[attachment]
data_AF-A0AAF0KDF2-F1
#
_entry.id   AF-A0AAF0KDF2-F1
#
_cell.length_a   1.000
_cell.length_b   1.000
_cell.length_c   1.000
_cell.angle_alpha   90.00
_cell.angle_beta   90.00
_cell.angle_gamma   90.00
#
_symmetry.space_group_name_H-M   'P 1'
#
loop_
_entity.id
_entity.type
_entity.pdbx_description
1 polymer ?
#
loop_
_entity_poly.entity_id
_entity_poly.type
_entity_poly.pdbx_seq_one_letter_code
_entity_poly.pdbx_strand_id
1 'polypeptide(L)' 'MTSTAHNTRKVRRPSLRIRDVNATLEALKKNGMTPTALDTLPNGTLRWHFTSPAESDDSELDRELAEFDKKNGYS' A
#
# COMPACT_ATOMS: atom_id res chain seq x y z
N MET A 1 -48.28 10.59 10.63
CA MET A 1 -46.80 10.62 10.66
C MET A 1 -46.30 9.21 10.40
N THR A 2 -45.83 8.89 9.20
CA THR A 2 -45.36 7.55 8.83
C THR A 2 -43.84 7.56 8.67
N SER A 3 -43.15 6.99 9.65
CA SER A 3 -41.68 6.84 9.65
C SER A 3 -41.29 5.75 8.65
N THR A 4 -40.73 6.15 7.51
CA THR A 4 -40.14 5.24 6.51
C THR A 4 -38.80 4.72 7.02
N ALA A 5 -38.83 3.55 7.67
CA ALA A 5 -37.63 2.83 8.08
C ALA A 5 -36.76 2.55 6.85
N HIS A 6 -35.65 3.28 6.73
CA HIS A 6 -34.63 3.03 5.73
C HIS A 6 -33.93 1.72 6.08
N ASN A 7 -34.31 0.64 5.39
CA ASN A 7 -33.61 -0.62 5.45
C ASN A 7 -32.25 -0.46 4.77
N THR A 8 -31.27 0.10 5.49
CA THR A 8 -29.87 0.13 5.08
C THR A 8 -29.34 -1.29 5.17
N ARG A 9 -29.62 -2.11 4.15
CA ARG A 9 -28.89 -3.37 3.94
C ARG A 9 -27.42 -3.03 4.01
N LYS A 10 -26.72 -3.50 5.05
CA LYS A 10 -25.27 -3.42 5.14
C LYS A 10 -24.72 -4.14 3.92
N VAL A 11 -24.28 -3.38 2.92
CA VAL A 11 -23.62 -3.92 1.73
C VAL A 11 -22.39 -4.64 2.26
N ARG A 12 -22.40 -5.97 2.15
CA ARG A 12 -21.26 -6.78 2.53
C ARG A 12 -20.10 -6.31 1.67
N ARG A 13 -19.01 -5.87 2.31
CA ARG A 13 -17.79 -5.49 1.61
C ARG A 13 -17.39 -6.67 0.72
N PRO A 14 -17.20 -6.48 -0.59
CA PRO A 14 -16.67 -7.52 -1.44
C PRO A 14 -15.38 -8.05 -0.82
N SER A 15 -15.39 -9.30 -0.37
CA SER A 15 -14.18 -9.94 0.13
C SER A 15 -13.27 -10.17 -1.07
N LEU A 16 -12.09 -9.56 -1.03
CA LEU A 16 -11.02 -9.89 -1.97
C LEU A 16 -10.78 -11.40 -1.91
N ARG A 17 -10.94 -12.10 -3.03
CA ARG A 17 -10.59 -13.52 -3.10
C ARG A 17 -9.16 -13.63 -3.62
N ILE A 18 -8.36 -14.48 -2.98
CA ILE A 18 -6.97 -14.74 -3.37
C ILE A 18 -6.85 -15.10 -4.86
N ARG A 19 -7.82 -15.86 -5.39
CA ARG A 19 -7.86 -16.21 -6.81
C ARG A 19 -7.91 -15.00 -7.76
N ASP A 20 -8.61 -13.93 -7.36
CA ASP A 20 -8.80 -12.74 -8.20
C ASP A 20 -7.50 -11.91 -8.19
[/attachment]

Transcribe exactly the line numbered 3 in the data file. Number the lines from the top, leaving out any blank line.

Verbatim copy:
_entry.id   AF-A0AAF0KDF2-F1